Nature is full of David and Goliath stories. The huge number of animals that reside in the forest makes it a survival of the fittest. A clip from the Disney+ documentary series American the Beautiful captured a unique moment of big versus small in nature.

An angry squirrel is filmed doing its best to scare away a full-size bear from its stash of food. Even though the bear is at least 1,000 times the size of the little rodent. The clip was captured by hidden cameras in Grand Teton National Park in Wyoming.

The new series captures special moments rarely seen in nature through fly-on-the-wall observations in a hidden camera. The lack of human crews nearby allows the team to capture moments in nature that could normally go unnoticed.

Squirrels hide nuts as the weather gets colder to build a food supply during Winter. The squirrel in the videos gets his stash raided by a hungry bear. The little rodent does his best to scare the big bad bear away, but the bear isn’t phased as it eats through the squirrel’s supply. However, the squirrel is as smart as it is brave and it gets the last laugh in the end.

“You then see this incredible standoff between the squirrel and the bear,” Vanessa Berlowitz, also an executive producer and co-founder for Wildstar Films, told Newsweek. “No one’s ever seen that in the world, because normally the bear would be aware [of the camera team], and the squirrel would be aware, you wouldn’t get that sort of natural behavior.”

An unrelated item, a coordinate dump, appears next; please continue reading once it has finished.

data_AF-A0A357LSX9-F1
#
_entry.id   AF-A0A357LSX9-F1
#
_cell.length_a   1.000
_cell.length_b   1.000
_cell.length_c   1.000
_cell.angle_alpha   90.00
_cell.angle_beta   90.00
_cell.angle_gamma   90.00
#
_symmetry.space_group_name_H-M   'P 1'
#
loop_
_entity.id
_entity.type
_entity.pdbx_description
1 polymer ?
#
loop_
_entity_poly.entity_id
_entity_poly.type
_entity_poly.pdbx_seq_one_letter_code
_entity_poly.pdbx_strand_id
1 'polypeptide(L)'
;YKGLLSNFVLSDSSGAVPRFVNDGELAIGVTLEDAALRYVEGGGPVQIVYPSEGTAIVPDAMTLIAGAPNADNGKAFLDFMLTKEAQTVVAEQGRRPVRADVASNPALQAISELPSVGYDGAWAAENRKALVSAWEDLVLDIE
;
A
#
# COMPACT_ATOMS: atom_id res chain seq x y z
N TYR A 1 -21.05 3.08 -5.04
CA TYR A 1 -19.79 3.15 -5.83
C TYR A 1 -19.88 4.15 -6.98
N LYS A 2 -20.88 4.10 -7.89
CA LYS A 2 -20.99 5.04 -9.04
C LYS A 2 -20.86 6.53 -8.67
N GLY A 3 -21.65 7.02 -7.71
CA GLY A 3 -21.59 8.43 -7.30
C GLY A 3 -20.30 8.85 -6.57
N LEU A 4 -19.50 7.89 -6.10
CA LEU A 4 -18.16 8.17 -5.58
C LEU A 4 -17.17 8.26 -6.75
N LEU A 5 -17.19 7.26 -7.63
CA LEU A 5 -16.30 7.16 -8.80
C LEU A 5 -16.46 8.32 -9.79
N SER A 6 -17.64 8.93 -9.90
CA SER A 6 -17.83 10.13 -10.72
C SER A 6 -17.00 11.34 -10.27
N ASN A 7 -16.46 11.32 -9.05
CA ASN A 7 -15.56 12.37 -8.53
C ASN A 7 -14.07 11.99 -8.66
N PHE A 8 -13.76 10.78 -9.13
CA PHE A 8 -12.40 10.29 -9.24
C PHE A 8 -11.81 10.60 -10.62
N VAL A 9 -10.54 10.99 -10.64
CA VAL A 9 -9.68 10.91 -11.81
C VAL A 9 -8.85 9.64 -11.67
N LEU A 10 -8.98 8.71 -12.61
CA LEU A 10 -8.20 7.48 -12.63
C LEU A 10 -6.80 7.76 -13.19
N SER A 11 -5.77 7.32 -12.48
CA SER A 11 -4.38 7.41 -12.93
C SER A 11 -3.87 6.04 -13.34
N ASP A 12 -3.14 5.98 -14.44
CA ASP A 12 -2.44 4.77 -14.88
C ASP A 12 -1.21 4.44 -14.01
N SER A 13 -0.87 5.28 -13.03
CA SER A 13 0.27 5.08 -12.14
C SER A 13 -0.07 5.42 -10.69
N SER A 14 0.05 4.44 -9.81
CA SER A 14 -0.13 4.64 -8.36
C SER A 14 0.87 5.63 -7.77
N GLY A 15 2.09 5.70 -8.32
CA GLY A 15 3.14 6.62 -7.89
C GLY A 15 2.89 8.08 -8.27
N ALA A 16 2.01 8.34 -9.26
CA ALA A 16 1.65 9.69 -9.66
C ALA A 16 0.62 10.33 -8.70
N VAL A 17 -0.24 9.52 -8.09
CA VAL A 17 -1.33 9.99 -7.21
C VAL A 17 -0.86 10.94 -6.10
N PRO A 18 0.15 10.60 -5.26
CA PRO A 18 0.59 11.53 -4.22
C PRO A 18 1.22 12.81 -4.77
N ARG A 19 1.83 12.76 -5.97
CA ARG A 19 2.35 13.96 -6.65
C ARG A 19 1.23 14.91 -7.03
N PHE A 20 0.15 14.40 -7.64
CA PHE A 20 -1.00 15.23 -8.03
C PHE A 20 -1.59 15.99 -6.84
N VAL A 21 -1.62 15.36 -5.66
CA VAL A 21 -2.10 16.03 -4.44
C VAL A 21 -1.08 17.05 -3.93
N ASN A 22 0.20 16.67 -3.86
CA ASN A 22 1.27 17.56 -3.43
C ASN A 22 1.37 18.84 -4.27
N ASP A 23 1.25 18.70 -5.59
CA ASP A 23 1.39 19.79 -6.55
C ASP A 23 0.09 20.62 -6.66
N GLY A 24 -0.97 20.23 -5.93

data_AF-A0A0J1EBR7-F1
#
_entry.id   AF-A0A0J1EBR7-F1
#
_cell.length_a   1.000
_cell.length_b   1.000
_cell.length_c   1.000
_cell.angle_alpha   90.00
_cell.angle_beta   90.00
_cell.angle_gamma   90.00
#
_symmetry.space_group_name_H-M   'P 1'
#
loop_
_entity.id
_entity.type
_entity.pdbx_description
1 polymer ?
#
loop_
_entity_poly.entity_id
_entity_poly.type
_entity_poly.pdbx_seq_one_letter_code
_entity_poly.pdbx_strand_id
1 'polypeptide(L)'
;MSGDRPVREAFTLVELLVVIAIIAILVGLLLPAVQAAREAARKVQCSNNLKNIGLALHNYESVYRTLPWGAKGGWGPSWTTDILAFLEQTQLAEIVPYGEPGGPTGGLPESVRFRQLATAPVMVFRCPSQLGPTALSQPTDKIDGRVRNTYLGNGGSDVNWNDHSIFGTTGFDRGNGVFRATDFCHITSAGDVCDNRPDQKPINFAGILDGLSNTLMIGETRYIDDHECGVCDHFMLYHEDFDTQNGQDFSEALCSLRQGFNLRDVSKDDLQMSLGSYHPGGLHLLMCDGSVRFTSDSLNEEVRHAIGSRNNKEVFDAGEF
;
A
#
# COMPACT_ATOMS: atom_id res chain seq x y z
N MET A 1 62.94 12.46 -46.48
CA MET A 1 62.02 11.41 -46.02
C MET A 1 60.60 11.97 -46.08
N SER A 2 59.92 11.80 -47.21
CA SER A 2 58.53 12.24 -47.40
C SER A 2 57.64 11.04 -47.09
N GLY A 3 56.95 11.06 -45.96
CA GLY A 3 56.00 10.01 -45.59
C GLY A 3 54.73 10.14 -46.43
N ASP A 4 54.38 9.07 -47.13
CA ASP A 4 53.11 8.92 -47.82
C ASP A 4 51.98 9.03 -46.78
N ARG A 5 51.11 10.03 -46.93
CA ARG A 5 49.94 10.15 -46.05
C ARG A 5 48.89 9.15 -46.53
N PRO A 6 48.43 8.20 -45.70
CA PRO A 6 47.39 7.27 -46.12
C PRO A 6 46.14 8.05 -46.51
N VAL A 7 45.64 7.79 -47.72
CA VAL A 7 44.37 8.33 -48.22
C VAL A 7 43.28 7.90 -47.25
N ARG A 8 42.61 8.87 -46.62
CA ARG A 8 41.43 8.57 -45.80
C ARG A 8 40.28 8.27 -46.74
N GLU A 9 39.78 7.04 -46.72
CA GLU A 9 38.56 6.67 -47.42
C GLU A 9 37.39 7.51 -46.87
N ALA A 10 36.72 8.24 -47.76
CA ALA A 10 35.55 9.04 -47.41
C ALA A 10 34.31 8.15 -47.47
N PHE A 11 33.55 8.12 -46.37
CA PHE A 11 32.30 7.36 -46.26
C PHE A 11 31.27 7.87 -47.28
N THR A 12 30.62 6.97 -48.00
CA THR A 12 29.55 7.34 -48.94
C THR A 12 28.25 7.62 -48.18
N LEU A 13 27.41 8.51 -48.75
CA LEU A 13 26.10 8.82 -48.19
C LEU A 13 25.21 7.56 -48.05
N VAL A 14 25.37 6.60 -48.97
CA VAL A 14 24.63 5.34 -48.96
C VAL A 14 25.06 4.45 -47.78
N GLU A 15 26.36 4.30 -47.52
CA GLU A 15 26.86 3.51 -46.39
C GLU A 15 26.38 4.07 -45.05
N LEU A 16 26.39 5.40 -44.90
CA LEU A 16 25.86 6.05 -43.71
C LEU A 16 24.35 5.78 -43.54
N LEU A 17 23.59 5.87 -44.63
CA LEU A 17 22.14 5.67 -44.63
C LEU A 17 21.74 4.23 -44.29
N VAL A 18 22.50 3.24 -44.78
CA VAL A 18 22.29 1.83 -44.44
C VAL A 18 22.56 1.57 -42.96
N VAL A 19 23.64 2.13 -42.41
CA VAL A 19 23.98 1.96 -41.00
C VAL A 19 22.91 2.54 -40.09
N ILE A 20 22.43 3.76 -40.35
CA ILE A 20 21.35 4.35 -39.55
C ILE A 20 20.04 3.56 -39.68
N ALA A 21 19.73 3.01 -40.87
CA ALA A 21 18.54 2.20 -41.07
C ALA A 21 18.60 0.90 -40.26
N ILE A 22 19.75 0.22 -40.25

A Unique Look at Nature in ‘America the Beautiful’

American the Beautiful promises to be a unique look at nature full of special moments rarely seen on camera. Mark Linfield, an executive producer on the show told Newsweek, “[The camera traps] allow you to film really shy animals that you couldn’t get any other way.”

The squirrel gets the last laugh over the thriving black bear. It ascends up a nearby tree to reveal another well-supplied stash of food out of reach from the hungry bear.

“A lot of our animals we portray as sort of heroic, and that’s not necessarily always just the big, shiny, mountain lions and grizzlies. We’ve got a whole sprinkling of fantastic sort of underdogs as well,” Berlowitz said. “Effectively, the animals are filming themselves.”

“[We had a resource of] naturalists, and guides, and enthusiasts and park rangers, who are all kind of really into their local wildlife,” Berlowitz continued. “It was tapping into those sorts of people that would help you get into those really unusual stories that you don’t see every day. As well as the small things, we worked really hard to show iconic animals. Each of the regions has an iconic animal that is emblematic of that region.”

The six-part series is available to stream on Disney+ now.